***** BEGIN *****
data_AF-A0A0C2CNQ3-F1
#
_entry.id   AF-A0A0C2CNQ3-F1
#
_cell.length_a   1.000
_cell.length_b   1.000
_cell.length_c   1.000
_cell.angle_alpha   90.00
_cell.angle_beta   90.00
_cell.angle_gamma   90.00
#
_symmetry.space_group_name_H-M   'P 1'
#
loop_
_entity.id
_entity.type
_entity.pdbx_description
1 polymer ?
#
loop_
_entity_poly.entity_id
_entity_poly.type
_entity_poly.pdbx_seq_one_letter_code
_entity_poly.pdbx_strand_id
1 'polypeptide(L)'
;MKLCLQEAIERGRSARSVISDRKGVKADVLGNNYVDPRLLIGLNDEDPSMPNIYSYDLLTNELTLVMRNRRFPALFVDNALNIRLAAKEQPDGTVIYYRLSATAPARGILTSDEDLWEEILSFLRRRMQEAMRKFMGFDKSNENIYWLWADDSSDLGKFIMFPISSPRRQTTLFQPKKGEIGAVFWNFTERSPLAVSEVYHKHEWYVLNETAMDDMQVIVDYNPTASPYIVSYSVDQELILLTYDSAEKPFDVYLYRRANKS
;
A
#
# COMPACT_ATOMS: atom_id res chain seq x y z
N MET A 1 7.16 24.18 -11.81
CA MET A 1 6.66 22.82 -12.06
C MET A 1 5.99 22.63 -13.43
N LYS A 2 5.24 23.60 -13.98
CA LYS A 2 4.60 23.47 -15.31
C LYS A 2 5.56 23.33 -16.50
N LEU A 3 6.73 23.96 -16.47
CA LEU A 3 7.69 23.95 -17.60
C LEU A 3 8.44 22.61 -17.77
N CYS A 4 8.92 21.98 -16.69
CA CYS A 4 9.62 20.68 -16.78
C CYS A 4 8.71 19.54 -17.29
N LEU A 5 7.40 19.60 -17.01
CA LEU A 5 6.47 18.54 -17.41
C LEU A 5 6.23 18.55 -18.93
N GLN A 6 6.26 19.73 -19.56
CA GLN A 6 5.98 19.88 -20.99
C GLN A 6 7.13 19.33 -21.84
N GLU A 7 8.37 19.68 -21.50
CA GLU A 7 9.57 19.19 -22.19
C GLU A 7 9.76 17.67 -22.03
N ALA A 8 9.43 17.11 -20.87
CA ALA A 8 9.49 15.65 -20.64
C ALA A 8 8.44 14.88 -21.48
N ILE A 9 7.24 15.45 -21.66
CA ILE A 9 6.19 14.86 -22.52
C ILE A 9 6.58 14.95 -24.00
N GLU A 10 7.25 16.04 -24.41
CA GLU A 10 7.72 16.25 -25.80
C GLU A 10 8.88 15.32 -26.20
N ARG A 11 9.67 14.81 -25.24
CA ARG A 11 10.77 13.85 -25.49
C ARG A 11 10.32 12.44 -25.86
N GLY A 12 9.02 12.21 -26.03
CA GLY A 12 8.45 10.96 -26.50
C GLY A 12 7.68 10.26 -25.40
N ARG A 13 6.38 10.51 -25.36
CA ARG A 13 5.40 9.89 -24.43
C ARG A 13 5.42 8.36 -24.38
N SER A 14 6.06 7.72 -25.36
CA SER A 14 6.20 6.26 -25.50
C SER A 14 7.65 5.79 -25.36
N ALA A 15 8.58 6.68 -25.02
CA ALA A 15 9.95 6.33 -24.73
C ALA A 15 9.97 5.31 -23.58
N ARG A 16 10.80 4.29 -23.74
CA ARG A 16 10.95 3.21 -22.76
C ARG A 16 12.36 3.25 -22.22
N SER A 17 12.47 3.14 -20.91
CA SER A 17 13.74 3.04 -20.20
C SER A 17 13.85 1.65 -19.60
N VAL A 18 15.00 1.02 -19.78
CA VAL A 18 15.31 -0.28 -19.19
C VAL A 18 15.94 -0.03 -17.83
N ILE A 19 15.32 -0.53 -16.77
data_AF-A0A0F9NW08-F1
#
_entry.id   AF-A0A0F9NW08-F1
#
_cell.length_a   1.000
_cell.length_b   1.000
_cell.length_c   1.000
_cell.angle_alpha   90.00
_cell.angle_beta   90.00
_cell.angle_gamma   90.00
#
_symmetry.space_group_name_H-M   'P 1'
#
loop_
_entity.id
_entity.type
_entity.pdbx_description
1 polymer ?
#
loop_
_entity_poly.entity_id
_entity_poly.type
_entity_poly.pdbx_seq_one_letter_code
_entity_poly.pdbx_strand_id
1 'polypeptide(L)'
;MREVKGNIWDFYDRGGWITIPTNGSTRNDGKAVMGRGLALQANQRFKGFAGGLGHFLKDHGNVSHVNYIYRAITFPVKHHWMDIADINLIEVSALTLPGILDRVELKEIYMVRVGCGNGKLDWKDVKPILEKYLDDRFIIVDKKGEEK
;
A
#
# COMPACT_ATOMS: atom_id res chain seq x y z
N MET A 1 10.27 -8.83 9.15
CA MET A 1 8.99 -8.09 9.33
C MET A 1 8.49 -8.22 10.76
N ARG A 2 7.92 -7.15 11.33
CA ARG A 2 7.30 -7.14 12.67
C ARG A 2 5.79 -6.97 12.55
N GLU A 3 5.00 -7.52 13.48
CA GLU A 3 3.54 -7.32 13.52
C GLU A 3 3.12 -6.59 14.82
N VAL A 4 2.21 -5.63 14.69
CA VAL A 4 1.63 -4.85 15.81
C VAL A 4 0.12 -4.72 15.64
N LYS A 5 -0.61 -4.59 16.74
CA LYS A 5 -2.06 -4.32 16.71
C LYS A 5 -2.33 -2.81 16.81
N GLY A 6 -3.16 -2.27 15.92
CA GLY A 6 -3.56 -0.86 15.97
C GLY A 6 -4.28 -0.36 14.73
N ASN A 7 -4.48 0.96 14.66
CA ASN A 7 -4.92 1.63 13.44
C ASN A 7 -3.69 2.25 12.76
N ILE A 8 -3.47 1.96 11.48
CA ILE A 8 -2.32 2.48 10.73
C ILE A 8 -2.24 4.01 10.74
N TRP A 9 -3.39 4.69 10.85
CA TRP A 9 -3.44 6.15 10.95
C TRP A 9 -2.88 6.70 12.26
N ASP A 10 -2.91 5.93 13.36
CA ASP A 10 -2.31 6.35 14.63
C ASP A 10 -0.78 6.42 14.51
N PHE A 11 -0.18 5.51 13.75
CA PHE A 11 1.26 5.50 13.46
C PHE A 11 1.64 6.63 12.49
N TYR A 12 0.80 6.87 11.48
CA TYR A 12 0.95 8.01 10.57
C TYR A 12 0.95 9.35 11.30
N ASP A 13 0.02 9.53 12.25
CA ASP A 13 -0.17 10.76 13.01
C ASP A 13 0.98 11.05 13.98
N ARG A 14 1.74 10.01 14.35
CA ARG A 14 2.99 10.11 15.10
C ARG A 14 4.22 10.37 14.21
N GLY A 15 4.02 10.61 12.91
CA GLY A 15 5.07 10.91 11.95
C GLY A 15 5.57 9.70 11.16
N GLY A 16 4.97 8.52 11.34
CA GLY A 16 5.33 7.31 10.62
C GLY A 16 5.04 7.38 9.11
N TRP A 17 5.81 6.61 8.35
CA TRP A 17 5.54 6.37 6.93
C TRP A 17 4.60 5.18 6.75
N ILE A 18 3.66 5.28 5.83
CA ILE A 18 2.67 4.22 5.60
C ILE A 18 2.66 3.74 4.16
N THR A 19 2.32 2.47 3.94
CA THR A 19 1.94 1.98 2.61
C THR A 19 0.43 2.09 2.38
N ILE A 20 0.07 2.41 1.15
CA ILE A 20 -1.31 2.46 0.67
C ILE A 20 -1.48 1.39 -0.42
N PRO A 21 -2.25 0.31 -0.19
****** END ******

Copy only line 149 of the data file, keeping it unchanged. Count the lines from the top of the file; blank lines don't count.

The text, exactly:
N TYR A 12 0.80 6.87 11.48